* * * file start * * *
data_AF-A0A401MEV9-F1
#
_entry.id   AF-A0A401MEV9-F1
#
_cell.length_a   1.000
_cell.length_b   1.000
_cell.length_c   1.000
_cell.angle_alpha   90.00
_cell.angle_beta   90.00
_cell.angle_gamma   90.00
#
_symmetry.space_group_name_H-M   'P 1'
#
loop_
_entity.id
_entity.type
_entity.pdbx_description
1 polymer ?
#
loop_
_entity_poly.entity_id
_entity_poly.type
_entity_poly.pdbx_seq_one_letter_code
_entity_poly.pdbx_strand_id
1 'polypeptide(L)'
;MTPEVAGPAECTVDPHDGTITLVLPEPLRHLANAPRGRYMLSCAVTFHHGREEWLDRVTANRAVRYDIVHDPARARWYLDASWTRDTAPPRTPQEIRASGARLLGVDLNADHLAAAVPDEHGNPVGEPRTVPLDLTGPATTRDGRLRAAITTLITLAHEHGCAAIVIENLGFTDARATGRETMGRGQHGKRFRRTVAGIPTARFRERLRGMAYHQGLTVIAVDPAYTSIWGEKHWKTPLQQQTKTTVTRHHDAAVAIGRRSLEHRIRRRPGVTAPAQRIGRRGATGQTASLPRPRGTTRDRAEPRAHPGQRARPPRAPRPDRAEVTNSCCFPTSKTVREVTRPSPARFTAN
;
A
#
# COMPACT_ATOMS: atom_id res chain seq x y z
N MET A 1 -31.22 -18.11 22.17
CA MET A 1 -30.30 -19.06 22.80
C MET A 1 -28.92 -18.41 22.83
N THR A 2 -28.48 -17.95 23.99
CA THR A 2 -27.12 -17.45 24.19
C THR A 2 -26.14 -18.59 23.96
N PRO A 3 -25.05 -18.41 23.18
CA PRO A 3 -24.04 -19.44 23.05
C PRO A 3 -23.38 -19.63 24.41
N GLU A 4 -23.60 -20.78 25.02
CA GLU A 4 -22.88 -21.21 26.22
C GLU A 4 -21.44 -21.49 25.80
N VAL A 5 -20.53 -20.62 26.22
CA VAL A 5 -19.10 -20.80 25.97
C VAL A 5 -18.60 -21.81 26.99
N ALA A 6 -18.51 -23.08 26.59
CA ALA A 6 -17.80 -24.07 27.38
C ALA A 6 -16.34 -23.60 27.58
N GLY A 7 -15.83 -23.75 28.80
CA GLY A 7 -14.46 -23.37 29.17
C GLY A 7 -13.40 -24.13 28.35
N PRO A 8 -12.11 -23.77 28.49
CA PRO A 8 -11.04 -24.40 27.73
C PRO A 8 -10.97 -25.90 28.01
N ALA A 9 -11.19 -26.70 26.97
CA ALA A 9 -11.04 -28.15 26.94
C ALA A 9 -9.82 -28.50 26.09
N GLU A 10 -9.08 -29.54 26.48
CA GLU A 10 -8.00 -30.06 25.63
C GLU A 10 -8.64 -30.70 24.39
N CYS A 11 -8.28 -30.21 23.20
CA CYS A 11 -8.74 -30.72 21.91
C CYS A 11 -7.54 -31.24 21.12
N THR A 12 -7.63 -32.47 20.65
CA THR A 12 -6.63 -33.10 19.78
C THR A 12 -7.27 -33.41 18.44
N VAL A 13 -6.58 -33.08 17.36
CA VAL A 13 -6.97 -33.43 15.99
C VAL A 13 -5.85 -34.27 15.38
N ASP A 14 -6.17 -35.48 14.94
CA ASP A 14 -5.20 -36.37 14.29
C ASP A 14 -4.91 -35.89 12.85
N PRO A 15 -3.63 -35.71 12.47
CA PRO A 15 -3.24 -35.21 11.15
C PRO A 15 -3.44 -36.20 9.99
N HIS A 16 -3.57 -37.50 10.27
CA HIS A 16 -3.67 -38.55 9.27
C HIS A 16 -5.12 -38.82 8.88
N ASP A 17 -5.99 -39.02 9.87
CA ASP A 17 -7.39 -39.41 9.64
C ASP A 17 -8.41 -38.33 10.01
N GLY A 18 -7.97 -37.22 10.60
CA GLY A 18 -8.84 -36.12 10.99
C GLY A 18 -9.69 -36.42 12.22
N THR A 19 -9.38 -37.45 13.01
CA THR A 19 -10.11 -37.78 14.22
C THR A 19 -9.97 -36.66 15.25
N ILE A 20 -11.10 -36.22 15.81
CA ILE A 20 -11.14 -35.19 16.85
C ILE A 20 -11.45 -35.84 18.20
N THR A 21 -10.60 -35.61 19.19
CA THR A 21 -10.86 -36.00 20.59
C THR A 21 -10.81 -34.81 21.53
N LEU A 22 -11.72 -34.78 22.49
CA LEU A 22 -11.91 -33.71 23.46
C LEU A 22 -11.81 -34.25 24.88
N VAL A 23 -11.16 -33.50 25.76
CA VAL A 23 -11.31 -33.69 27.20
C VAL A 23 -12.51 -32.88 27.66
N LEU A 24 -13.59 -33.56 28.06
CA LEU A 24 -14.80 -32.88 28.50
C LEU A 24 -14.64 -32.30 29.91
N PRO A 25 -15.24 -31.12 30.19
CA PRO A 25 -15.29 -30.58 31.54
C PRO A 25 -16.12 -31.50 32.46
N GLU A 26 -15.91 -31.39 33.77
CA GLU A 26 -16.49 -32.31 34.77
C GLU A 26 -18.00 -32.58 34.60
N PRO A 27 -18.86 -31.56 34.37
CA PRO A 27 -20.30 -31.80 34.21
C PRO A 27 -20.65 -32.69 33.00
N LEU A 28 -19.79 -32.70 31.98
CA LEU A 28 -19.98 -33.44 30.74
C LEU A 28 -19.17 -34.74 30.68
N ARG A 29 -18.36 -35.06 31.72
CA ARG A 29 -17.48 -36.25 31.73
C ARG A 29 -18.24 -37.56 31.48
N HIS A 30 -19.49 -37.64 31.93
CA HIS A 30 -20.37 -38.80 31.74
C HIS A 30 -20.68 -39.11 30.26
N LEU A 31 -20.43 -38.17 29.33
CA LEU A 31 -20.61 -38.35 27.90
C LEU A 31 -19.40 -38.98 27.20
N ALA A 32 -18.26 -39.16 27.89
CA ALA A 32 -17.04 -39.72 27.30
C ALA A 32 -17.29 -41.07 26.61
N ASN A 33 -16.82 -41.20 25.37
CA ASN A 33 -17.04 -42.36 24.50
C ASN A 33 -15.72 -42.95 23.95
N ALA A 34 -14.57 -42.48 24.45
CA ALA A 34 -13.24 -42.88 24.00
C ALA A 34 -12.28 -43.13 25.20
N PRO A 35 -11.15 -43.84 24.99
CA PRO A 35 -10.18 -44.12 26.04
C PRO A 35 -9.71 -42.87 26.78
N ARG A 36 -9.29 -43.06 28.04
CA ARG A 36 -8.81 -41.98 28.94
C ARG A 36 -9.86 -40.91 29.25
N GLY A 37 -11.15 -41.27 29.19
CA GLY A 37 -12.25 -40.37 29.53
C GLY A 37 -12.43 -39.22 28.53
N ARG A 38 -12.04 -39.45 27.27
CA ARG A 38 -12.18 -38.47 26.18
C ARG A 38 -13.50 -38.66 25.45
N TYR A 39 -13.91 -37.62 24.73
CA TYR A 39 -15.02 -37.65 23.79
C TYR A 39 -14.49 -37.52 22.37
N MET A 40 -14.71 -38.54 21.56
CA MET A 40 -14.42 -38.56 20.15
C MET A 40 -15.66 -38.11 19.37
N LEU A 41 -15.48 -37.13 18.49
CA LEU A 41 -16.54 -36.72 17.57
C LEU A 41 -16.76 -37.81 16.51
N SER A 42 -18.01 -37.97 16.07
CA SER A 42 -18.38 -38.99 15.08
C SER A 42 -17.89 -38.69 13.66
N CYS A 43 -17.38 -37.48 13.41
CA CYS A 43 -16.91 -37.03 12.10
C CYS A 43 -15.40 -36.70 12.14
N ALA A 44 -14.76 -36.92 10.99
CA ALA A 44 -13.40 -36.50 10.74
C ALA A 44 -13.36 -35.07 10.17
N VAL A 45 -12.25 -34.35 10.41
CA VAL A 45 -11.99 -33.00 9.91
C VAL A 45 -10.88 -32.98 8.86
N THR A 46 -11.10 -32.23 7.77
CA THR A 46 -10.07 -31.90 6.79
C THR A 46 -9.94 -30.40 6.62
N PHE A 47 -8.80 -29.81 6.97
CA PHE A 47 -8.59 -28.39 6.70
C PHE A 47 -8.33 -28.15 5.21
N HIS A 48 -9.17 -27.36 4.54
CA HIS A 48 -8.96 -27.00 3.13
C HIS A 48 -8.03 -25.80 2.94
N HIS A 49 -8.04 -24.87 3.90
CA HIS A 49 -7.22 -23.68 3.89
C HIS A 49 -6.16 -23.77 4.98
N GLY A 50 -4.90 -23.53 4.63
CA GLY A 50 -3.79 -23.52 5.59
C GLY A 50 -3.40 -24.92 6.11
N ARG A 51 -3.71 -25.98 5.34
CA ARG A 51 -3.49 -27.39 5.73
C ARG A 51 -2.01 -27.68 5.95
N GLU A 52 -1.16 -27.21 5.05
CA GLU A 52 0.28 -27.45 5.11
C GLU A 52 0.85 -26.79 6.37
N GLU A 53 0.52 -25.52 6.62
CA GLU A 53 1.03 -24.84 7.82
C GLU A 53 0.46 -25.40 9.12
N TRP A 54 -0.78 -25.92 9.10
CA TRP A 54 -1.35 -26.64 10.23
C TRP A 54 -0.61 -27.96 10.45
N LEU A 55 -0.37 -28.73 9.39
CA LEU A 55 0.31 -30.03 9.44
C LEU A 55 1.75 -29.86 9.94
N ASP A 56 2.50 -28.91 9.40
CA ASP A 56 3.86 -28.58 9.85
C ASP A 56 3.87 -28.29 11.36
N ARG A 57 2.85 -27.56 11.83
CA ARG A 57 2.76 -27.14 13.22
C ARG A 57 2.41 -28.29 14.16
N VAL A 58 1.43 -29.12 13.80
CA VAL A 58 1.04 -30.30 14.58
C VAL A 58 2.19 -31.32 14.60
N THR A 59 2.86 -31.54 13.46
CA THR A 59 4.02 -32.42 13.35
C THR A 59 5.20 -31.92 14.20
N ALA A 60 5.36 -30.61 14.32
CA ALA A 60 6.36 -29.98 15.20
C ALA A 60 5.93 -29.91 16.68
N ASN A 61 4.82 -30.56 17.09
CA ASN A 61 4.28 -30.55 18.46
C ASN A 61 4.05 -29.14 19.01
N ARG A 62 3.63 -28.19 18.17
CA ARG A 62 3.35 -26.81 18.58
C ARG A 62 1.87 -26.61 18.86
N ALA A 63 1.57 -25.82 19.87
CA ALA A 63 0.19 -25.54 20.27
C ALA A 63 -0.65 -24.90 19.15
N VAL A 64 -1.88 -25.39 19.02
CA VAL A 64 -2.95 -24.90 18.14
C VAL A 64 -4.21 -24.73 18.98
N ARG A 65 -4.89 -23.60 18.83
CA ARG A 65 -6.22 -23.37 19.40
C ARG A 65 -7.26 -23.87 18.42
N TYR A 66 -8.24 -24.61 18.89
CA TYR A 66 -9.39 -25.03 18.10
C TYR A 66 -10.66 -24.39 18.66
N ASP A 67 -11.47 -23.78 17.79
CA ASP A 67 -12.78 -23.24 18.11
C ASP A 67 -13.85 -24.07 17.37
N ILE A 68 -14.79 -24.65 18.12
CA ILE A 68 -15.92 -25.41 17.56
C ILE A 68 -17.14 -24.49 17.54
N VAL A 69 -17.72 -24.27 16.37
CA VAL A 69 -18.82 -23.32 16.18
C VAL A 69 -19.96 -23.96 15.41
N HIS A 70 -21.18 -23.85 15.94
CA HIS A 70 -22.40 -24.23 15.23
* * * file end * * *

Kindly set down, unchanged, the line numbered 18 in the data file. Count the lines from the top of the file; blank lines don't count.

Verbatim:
1 polymer ?